Iron ore prices rose to a four-month high of $124.90 per metric ton (MT) on Monday. That’s up from $121.60 in early November and well above the three-year low of $86.70 that prices hit in early September.
These gains came on renewed signs of a recovery in China, which is the world’s largest iron ore consumer. On December 10, the country’s customs bureau reported that China imported 65.78 million MT of iron ore in November. That’s the second-highest level since the country brought in a record 68.97 million MT in January 2011.
“The mood is improving,” Tom Price, a commodities analyst at UBS AG in Sydney, told Bloomberg. “After Chinese New Year through to the middle of the year, there’s a lift in the raw materials trade, steel production rates lift and the whole industrial sector comes back to life.”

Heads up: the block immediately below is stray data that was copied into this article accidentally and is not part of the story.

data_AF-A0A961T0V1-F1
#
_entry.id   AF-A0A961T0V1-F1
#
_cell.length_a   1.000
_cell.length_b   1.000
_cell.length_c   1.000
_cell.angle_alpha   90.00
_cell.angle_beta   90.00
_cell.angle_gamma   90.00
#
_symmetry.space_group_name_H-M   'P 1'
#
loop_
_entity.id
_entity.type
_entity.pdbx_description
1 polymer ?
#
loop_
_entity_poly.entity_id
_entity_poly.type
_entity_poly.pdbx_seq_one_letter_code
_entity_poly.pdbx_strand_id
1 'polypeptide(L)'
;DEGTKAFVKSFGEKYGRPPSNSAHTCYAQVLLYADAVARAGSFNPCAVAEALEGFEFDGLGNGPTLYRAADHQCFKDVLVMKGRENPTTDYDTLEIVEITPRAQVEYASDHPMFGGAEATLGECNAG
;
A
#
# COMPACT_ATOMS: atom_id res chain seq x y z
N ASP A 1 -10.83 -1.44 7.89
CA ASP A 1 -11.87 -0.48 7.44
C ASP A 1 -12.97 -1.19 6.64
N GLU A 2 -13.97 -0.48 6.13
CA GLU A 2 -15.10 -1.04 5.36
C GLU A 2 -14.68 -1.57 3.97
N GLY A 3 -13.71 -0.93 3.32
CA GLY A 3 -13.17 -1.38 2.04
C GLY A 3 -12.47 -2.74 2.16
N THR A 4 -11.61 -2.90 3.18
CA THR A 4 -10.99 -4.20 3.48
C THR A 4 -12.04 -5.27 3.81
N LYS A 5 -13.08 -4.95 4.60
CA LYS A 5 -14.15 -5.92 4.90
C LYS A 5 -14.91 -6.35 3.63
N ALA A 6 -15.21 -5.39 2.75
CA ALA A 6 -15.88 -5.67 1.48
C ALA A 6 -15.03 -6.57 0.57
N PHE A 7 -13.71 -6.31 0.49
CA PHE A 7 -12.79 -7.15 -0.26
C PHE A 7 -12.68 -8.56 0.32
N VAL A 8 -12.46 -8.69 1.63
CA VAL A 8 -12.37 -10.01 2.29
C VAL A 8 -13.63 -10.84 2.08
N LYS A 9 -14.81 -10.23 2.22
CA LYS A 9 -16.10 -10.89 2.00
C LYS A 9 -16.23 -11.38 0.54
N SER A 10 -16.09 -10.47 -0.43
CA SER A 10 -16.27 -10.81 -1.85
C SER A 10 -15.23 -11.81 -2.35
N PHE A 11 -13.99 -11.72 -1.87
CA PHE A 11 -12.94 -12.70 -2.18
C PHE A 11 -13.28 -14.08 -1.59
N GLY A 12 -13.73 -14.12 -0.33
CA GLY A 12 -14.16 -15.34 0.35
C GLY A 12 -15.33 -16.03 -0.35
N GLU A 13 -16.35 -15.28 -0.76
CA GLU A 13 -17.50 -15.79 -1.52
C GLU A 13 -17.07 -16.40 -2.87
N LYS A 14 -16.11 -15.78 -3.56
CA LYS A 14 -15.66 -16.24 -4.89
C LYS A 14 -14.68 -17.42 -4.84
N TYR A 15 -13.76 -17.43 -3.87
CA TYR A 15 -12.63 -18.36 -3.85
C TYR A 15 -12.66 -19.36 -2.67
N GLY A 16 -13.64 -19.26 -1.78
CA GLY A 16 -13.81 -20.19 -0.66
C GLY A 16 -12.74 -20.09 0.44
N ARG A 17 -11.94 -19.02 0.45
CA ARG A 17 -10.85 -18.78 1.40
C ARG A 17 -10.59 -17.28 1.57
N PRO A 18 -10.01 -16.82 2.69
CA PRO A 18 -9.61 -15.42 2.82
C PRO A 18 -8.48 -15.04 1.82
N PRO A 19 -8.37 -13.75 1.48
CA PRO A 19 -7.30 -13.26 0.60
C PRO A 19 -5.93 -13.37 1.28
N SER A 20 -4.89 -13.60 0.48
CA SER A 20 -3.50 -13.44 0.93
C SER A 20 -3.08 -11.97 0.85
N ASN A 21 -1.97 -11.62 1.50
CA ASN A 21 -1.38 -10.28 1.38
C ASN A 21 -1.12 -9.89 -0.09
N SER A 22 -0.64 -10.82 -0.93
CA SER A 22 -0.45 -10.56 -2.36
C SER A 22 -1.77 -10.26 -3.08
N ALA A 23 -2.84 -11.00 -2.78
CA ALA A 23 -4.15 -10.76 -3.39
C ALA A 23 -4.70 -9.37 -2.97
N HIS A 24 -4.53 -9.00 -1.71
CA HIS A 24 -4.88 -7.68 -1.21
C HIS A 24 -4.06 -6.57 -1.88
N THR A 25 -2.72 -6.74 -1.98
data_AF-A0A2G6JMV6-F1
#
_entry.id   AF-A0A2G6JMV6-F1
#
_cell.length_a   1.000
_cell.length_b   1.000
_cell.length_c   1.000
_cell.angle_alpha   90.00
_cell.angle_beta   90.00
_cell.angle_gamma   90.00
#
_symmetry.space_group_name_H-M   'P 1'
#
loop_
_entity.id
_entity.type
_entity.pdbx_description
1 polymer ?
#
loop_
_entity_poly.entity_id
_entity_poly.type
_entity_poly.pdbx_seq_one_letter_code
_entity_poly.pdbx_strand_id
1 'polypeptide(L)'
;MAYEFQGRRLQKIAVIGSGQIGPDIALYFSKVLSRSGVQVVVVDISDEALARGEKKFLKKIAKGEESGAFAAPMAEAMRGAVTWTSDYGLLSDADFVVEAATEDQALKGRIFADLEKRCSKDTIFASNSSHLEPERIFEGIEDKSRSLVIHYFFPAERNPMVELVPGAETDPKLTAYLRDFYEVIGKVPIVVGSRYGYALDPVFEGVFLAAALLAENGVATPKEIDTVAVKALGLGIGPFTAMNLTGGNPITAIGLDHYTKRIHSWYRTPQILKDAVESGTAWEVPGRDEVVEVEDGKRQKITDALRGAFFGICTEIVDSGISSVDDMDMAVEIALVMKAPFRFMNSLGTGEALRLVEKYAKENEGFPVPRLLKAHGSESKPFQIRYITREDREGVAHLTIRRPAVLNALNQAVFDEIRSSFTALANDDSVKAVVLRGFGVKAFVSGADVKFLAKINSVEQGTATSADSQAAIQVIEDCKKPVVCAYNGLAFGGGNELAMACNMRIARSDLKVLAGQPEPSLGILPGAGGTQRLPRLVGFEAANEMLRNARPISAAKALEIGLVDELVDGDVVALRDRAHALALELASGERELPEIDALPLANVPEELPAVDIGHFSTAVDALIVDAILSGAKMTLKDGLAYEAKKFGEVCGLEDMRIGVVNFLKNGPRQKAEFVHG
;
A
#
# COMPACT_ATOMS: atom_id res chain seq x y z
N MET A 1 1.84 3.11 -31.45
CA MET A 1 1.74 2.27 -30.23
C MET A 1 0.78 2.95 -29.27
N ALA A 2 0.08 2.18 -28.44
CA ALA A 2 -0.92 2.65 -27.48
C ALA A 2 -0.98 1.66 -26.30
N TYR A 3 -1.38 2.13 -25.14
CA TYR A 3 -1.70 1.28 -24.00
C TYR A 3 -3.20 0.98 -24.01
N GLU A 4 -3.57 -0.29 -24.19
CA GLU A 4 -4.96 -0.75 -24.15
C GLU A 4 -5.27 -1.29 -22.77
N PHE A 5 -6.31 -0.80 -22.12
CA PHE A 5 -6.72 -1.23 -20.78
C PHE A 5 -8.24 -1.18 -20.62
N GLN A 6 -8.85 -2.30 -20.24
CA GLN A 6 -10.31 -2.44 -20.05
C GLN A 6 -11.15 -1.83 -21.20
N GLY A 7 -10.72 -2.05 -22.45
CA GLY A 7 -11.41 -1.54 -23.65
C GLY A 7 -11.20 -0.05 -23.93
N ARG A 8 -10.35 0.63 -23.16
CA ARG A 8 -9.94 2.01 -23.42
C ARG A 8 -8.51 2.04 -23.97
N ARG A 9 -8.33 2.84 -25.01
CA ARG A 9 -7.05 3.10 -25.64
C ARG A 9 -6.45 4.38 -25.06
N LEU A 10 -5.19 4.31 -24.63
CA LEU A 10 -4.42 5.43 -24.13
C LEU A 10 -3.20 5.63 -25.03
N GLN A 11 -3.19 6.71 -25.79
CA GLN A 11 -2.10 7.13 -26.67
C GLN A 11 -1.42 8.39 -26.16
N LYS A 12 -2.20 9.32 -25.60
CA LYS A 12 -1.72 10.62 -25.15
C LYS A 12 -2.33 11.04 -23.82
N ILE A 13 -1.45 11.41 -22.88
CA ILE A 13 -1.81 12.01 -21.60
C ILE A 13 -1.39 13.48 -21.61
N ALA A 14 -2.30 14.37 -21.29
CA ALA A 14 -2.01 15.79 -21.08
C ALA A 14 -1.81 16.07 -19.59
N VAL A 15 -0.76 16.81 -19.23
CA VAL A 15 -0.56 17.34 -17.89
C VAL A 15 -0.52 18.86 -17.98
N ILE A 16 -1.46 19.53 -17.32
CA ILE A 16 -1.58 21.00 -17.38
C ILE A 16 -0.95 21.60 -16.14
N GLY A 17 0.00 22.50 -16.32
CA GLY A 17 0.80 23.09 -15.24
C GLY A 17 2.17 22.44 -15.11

Meanwhile, the Bureau of Resources & Energy Economics (BREE), the Australian government’s commodities forecasting agency, predicted that iron ore prices will average $106 per MT in 2013. That’s up from its September estimate of $101 per MT, but below today’s price.
However, according to Platts, the agency is out of step with the country’s miners, most of whom feel prices will hover around the $120 mark because any amount below that makes it hard for Chinese producers to remain profitable. The BREE feels prices will weaken in the first half of 2013 from fourth-quarter averages before recovering toward the end of the year.